Some prominent Republicans are calling on conservative Republican Senator Larry Craig of Idaho to resign in the wake of his June arrest by an undercover policeman investigating sexual activities in an airport men's room. As VOA National correspondent Jim Malone reports, Republicans are already worried about national political fallout from the Craig scandal.
Larry Craig has been in Congress for 27 years, first as a congressman and now a senator.
Craig has been a reliable conservative Republican during his years in Congress and a longtime critic of gay marriage. But some of his most stalwart supporters are now abandoning him after revelations this week that he was arrested in the men's room at the Minneapolis, Minnesota airport last June.
An undercover policeman said Craig first looked at the officer through a crack in the bathroom stall door, then sat in the next stall and began to tap his foot in a way that signaled a desire to engage in what the officer called lewd conduct.
Craig eventually pled guilty to a lesser charge of disorderly conduct.
But after the arrest and guilty plea became public, Craig held a news conference in his home state of Idaho and denied any wrongdoing.
"Let me be clear. I am not gay," he said. "I never have been gay. I did nothing wrong at the Minneapolis airport. I chose to plead guilty to a lesser charge in hopes of making it go away."
Craig's defiant defense did not sit well with many of his fellow Republicans, including Republican Senator John McCain of Arizona. McCain spoke to the Cable News Network.
"I believe that he pled guilty and he had the opportunity to plead innocent, so I think he should resign," said Senator McCain.
Senate Republican leaders stripped Craig of committee assignments in the Senate pending an ethics investigation. Craig also voluntarily left the presidential campaign of former Massachusetts Governor Mitt Romney.
White House spokesman Tony Snow stopped short of calling for Craig's resignation, but did express disappointment on behalf of President Bush.
"I do not think the president is drawing any global judgment on Republicans," he said. "What we have said is that the story is certainly a disappointment and it is something that the Senate Ethics Committee is going to be handling."
Michigan Republican Congressman Peter Hoekstra was the first to call on Craig to resign. Hoekstra told NBC's Today program that Republicans should act swiftly to prevent negative political fallout from the Craig scandal.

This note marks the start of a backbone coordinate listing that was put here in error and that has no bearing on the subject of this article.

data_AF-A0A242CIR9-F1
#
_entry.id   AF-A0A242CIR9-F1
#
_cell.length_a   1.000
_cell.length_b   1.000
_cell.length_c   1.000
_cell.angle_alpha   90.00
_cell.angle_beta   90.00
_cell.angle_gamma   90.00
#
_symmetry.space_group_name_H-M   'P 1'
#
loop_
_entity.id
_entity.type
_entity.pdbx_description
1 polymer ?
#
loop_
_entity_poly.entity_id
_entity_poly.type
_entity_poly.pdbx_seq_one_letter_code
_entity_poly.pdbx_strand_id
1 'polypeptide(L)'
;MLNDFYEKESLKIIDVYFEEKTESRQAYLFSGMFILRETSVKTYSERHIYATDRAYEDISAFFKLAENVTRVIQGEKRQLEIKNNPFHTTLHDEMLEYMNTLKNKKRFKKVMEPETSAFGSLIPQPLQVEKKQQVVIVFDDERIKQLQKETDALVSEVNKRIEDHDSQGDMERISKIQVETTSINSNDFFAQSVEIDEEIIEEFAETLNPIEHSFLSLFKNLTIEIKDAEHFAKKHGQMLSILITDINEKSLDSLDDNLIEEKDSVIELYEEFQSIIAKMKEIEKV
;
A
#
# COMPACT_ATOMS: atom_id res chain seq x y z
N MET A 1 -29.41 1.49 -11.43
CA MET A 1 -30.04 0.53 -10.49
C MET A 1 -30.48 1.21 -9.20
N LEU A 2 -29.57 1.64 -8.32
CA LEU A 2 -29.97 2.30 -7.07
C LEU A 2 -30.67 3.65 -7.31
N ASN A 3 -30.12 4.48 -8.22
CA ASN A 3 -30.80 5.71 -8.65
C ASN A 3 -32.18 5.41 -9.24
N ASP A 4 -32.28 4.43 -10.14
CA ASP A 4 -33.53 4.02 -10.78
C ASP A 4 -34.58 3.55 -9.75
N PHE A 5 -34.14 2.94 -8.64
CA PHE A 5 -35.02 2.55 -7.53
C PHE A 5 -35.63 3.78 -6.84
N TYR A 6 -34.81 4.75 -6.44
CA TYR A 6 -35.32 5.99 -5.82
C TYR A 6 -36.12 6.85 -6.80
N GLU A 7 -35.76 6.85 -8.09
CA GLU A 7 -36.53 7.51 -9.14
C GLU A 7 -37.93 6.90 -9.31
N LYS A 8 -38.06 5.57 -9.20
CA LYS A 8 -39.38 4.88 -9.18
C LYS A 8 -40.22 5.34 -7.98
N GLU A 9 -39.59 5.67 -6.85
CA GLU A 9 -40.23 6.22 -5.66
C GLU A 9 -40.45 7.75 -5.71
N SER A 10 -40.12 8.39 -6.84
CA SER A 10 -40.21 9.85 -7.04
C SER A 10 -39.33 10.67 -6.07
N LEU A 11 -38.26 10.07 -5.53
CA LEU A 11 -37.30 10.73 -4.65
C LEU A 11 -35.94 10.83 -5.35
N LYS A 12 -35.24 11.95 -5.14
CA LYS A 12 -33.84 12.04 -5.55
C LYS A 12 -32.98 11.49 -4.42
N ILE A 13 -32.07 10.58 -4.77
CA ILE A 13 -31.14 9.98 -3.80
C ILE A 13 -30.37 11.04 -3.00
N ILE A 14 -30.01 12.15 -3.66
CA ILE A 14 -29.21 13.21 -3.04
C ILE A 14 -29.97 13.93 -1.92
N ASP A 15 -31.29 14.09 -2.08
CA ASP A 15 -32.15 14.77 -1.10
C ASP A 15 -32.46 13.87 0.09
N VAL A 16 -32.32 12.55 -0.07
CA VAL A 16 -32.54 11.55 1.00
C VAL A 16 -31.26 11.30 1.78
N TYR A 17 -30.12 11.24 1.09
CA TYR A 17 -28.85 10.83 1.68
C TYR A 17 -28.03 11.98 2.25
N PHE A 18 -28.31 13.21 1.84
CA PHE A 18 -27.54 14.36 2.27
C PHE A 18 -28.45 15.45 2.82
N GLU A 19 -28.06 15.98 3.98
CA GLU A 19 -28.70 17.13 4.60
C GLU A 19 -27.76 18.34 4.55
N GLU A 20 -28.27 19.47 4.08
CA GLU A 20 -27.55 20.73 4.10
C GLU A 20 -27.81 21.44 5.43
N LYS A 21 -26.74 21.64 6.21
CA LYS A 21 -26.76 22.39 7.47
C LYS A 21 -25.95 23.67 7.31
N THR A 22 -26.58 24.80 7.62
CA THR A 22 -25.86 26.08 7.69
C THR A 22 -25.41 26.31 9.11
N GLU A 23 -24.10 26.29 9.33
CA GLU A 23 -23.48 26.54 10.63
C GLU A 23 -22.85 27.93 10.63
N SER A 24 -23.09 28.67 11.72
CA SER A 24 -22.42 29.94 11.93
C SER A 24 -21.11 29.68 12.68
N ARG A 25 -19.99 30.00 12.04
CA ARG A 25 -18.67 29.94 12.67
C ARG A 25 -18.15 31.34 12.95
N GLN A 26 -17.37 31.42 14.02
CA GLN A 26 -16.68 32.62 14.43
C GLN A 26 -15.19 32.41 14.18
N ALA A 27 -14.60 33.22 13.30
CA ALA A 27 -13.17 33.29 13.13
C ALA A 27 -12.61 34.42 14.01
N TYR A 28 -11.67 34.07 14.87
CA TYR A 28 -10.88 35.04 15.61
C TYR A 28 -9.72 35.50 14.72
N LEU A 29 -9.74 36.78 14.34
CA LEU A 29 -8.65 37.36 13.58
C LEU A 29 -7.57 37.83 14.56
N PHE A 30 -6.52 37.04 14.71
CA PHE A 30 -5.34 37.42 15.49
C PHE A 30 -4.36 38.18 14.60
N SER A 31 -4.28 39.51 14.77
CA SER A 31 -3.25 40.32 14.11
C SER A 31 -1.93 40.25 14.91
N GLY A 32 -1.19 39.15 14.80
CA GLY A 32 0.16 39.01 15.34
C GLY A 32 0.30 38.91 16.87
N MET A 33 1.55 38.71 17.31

"The important thing here is that we need to maintain the integrity of the United States Senate and of the institution of Congress," he said. "I mean, we are at 18 to 20 percent approval ratings and this is one of the reasons why, that when these types of things happen in Congress, it appears there are no consequences. That is unacceptable to the American people."
Some Republicans worry that the Craig scandal could alienate social conservatives within the Republican Party, a key constituency in next year's presidential and congressional elections.
Political experts say Republicans have plenty of other things to worry about next year without having to fend off another sex scandal as they did during the 2006 congressional midterm elections.
The 2006 scandal involving former Republican Congressman Mark Foley of Florida and his improper involvement with teenage congressional pages was a factor in the Democrats winning control of Congress last year.
University of Virginia political scientist Larry Sabato says the Democrats already have an edge going into the 2008 election.
"They have many advantages, not least that we have had one party in power for eight years, and Americans normally like to change after eight years, but they do not always do it," he noted. "Second, there is no question that the president's unpopularity, which stems mainly from Iraq, but also from [Hurricane] Katrina and other events, is going to be an albatross around the neck of any Republican [presidential] nominee."
In the coming weeks Craig is expected to announce whether he will seek a fourth term in the Senate.